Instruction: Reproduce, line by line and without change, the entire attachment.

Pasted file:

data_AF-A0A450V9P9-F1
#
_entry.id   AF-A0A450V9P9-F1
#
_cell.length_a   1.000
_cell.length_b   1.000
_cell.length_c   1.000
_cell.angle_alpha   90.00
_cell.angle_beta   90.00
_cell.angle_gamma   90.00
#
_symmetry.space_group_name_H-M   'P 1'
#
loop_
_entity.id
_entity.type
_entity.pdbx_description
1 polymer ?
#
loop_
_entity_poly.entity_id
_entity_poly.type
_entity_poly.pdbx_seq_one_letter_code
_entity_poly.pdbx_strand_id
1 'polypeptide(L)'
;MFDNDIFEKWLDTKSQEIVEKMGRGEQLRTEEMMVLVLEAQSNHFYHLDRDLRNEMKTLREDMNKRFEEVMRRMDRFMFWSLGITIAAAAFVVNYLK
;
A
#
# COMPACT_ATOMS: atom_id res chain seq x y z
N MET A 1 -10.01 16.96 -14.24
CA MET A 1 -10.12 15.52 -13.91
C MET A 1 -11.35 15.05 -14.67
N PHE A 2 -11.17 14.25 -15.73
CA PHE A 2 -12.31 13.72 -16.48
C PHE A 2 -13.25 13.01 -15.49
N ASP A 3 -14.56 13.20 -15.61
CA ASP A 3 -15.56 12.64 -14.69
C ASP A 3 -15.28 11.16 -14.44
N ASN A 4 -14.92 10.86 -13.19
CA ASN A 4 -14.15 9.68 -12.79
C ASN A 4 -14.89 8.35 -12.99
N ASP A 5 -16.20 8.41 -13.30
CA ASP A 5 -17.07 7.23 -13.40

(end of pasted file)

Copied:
data_AF-A0A450V9P9-F1
#
_entry.id   AF-A0A450V9P9-F1
#
_cell.length_a   1.000
_cell.length_b   1.000
_cell.length_c   1.000
_cell.angle_alpha   90.00
_cell.angle_beta   90.00
_cell.angle_gamma   90.00
#
_symmetry.space_group_name_H-M   'P 1'
#
loop_
_entity.id
_entity.type
_entity.pdbx_description
1 polymer ?
#
loop_
_entity_poly.entity_id
_entity_poly.type
_entity_poly.pdbx_seq_one_letter_code
_entity_poly.pdbx_strand_id
1 'polypeptide(L)'
;MFDNDIFEKWLDTKSQEIVEKMGRGEQLRTEEMMVLVLEAQSNHFYHLDRDLRNEMKTLREDMNKRFEEVMRRMDRFMFWSLGITIAAAAFVVNYLK
;
A
#
# COMPACT_ATOMS: atom_id res chain seq x y z
N MET A 1 -10.01 16.96 -14.24
CA MET A 1 -10.12 15.52 -13.91
C MET A 1 -11.35 15.05 -14.67
N PHE A 2 -11.17 14.25 -15.73
CA PHE A 2 -12.31 13.72 -16.48
C PHE A 2 -13.25 13.01 -15.49
N ASP A 3 -14.56 13.20 -15.61
CA ASP A 3 -15.56 12.64 -14.69
C ASP A 3 -15.28 11.16 -14.44
N ASN A 4 -14.92 10.86 -13.19
CA ASN A 4 -14.15 9.68 -12.79
C ASN A 4 -14.89 8.35 -12.99
N ASP A 5 -16.20 8.41 -13.30
CA ASP A 5 -17.07 7.23 -13.40